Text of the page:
Lloyd Cole is philosophical about his web site: it "will always be ongoing."

In Cole's case, he professes not to be able to type: "I'm pathetic, glacial." But he certainly knows Flash design. In the philosophy section of 'About this Site' he offers up the theory that "Creating page layout in HTML is like mowing the lawn with a kitchen knife attached to a broomstick with special Netscape and Microsoft string and rubber gloves holding the contraption together" as his justification for designing entirely in Flash, instead. Which makes me feel rather small and ineffectual for doing old-fashioned HTML. I would quote you more of Lloyd's philosophy but when a page has been designed in Flash, you can't click and drag anything out: so while my typing is far from glacial, I refuse to retype any more of his words out of principle. After all, if the web is all about sharing information, and computers come with the cross-application ability to cut and paste, then denying people the ability to do so negates one of the main attractions of this combination. Then again, right underneath Lloyd's assertion that "it makes no sense for independent amateurs like myself to design convoluted HTML anymore" comes that announcement from Feb 01 that "hell freezes over. . .there will be an html only area," and indeed there is (www/, but it's still bare bones), so evidently there are still plenty people out there who don't want to deal with Flash.

Cole and I coalesce again with our mixed feelings about Microsoft (though I had no idea they invented Verdana, which is my typeface of choice as well as Cole's) and banner ads. He promises that he will take the site down before he takes ads, though he will accept donations from multi-nationals. Presumably these don't come in the strings-attached form of record deals.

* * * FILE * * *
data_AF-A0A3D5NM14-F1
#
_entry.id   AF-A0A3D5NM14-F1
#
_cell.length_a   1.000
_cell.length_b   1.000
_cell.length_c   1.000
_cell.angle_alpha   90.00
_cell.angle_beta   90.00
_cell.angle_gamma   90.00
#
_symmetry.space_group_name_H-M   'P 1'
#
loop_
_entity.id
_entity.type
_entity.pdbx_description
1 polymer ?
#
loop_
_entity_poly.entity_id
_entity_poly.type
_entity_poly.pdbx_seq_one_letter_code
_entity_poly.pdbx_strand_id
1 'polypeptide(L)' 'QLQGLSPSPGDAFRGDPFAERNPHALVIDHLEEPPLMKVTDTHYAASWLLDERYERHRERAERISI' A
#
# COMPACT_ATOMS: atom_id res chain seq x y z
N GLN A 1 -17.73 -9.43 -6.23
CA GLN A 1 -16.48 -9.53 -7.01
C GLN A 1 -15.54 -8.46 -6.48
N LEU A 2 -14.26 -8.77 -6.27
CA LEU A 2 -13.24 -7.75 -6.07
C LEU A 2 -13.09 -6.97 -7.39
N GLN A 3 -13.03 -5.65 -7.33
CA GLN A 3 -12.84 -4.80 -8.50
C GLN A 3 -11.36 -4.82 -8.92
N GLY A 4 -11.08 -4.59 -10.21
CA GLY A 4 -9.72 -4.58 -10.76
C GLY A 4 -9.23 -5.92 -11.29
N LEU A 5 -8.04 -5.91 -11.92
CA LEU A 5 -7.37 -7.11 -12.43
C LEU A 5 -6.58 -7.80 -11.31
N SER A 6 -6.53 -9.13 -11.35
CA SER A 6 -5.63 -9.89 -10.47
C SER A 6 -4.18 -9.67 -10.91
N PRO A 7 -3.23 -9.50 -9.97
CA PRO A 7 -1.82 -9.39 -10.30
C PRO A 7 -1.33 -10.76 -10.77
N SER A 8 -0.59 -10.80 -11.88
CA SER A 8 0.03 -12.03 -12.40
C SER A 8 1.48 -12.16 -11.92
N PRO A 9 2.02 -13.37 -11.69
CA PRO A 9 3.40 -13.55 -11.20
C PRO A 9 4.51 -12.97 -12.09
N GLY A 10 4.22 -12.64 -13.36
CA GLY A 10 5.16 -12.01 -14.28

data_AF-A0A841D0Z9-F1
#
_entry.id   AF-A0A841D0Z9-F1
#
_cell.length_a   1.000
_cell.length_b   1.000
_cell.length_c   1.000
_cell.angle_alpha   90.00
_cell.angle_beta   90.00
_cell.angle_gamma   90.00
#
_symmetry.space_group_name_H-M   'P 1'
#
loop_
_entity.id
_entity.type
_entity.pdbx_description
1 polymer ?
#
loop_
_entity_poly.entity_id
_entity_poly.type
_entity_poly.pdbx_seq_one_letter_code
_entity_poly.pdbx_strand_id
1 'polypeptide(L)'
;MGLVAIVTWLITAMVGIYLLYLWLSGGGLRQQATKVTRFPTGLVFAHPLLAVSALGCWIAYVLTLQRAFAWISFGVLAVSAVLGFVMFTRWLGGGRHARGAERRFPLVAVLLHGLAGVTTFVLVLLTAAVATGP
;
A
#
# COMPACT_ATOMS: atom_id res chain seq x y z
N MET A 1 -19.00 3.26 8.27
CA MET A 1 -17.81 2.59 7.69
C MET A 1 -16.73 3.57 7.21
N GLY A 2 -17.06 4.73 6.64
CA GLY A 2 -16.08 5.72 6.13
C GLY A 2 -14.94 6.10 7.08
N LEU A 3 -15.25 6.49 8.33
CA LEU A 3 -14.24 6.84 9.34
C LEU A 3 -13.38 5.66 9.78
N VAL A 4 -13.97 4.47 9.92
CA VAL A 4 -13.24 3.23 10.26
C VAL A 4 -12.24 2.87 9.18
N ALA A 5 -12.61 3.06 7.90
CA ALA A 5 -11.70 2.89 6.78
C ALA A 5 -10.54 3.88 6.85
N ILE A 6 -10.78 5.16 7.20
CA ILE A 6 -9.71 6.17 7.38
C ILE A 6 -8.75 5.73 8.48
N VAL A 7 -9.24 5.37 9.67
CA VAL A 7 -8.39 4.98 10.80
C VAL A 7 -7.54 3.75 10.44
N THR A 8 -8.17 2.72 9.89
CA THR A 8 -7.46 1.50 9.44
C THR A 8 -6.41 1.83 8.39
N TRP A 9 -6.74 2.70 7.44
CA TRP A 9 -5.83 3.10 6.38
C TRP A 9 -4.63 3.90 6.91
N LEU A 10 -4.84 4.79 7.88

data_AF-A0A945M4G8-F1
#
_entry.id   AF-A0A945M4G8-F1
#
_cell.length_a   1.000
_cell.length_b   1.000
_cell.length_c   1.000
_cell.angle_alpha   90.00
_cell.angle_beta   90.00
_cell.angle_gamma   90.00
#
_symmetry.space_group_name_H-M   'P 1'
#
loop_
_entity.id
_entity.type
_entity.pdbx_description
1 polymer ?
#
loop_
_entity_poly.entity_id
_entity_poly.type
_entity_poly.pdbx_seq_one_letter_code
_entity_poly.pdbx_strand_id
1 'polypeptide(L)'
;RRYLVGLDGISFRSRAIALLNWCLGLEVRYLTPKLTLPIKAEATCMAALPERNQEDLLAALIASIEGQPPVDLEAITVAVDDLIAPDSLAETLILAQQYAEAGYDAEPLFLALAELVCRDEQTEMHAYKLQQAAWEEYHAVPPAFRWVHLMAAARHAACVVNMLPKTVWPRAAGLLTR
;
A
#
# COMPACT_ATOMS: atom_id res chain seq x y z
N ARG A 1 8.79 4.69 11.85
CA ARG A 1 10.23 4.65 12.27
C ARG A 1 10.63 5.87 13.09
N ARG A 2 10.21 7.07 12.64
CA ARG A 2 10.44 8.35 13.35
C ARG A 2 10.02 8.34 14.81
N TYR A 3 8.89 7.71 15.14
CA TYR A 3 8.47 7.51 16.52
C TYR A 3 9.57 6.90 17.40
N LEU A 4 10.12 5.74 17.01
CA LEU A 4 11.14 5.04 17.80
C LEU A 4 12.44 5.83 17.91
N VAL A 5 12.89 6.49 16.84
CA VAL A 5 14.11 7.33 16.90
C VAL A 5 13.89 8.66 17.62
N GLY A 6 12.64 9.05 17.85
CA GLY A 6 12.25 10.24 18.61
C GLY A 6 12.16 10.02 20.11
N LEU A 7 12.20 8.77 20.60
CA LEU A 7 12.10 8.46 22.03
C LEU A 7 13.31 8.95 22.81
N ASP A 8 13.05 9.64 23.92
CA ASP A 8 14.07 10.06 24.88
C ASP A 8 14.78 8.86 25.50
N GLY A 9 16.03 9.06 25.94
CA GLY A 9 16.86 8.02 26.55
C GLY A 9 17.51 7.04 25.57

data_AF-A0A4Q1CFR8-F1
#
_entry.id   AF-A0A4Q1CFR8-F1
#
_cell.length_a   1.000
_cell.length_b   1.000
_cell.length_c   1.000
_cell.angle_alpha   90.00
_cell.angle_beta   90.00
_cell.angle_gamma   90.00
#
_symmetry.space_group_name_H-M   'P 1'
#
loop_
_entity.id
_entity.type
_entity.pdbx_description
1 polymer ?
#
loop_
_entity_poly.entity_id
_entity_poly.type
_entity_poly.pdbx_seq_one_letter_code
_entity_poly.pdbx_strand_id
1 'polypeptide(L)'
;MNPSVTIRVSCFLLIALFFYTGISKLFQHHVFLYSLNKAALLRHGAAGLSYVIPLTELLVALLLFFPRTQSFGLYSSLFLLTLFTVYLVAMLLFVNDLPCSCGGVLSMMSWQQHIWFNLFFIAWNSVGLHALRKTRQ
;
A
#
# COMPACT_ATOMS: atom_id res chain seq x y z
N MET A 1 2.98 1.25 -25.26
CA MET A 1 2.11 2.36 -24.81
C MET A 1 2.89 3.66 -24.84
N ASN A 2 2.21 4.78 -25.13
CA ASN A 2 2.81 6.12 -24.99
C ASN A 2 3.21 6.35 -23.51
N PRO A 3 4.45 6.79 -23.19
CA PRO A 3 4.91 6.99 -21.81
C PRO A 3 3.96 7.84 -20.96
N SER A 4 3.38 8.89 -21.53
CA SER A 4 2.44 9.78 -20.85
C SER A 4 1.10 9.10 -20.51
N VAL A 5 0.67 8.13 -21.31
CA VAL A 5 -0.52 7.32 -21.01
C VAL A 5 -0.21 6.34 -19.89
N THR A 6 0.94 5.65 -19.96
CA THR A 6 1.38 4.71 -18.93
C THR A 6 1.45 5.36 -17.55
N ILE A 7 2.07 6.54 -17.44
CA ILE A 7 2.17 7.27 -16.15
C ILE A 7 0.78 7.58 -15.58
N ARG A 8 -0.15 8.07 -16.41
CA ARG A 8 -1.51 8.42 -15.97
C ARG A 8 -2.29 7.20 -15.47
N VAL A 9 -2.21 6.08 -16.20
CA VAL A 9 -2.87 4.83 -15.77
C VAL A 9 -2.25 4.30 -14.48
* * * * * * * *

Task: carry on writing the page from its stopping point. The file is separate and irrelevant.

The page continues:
Finally, you will find some news about auctions. The notion of Lloyd Cole selling off an Epiphone guitar to the highest bidder, or selling some of his first edition books, brings us back almost to where we started, the idea that he must have hit rock bottom. But in fact, it's just one more benefit of the web: rock stars, however famous, inevitably find the need to downsize their equipment inventory. Why shouldn't Lloyd Cole sell one of his guitars to a (hopefully fellow musician) fan, rather than a guitar store that will only pay him half of its retail value? Same with the books: if he feels they have to go, for whatever reason, he could take them to a second-hand dealer - or he can figure that as a famously literate songwriter, he's likely to have a ready made audience for them on his web site. Cut out the middle man. That's what the web is about. And once you learn that, you start applying the philosophy through much else of your life.

The autonomous artist has been little more than a pipe-dream throughout my life, but when I spend time surfing Lloyd Cole's site and listening to his new album, I realise that such status is becoming ever more attainable. Those who have already been through the fame game, the major label grind, who have settled down, had kids, watched their audience grow up with them, and recognise that they are no longer a part of the hit machine's buzz system, no longer need to consider getting a day job: there's a future out there instead which could prove even more rewarding, in all senses, than the past.



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iJamming! Site Copyright Tony Fletcher 2001.